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The impact of war on older people (in Ukraine and everywhere else)

April 12, 2022
Guest post by Justin Derbyshire, CEO of HelpAge International  The war in Ukraine has destroyed everybody’s lives regardless of who they are. We have watched in horror as children have been passed over heads onto trains, at fathers left to fight, and a steady trail of exhausted, traumatised people of all ages fleeing further West  But it is an uncomfortable
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Why do we keep forgetting about dignity? 4 Ways to Address Dignity in Development Programs

March 23, 2022
Guest post by Annabel Dulhunty, building on this 2018 post from Tom Wein The idea of human dignity frequently appears as a lofty overarching goal for development agencies and programs. Dignity is fundamental to the Universal Declaration of Human Rights. Yet practical ways of addressing and measuring the dignity of program participants are frequently overlooked. For example, the preamble to
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The Disabled Ukrainians Doing What the UN Can’t (or Won’t?)

March 9, 2022
Guest post from Anna Landre, one of my amazing students, who has bunked off class (with permission) to do some amazing work on Ukraine. And she’s pretty angry about what she’s seen. As a 23-year-old wheelchair user halfway through a Master’s degree at the London School of Economics, I didn’t expect to spend my past week working 16 hours a
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How to Change Narratives to build Hope and Solidarity – some examples

February 10, 2022
This blog was first published on the EADI/ISS Development Research Blog Series, written by Oxfam’s Nicole Walshe and Anne Mai Baan. In our work to strengthen and support civic space worldwide (i.e. the space for freedoms of association, assembly and free expression) we often see that certain narratives are used to undermine the work of activists. Narratives – the collection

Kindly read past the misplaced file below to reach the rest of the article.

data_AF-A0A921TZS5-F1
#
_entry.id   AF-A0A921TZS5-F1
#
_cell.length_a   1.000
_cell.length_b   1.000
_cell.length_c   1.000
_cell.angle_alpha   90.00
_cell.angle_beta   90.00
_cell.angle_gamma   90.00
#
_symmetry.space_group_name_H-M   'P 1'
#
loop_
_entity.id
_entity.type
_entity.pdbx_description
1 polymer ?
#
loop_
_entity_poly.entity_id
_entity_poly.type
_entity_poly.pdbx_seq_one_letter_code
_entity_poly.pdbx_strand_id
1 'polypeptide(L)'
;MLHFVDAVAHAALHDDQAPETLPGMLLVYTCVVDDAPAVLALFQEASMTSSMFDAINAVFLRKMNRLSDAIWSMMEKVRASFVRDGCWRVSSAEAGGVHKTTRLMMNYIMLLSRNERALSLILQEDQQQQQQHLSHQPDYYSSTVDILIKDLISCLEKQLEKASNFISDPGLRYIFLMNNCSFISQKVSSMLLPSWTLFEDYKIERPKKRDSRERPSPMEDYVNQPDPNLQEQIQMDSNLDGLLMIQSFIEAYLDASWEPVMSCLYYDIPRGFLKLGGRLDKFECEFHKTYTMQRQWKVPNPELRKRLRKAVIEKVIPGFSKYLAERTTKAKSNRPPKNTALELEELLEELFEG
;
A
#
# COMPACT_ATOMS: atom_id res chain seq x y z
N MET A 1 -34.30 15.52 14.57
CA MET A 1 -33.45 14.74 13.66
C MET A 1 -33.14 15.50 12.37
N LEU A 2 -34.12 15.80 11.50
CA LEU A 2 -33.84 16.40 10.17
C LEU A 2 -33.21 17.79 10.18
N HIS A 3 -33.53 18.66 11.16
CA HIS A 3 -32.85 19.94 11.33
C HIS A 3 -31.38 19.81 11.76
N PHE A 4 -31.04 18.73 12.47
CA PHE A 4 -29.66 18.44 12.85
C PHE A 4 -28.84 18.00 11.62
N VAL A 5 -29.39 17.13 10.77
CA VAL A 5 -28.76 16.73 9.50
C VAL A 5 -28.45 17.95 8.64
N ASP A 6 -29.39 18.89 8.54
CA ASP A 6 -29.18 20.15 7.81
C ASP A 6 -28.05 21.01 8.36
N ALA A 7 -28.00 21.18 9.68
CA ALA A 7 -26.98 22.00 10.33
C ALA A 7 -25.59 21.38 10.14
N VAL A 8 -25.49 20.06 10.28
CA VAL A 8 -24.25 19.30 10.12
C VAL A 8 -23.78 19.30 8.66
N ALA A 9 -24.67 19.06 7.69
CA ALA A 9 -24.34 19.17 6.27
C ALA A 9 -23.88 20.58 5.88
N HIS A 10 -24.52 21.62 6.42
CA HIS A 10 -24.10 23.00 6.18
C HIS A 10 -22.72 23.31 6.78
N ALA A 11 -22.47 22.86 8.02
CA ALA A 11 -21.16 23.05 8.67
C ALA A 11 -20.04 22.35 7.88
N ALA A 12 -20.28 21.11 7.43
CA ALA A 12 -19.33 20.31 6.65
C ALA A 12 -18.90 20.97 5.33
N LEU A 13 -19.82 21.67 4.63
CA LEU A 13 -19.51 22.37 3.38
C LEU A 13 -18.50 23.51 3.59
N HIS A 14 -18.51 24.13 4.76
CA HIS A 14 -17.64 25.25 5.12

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Queer existence is resistance: Understanding the rising tide of COVID-related LGBTQIA+ discrimination as gender-based violence

December 8, 2021
Guest post from Oxfam’s Helen Wishart What do LGBTQIA+ rights have to do with gender-based violence? Well, a lot actually. Think about it. Patriarchal culture exists on the basis of an assumed gender binary that reinforces a power dynamic. Man/Woman: Man>Woman. Relationships between men and women are socially defined in relation to each other, reinforcing the binary through compulsory heterosexuality.
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When Two Pandemics Collide. How the HIV community has shown resilience, innovation and agency in the time of COVID-19

December 1, 2021
On World AIDS day, Ian Hodgson and Marina Schkot introduce a new study by Frontline AIDS. For the estimated 38 million people living with HIV, COVID-19 has meant one pandemic overlaid on another. The interaction between the two pandemics, and how the HIV community has responded, provide important lessons for the future. Sex workers, people who use drugs, adolescent girls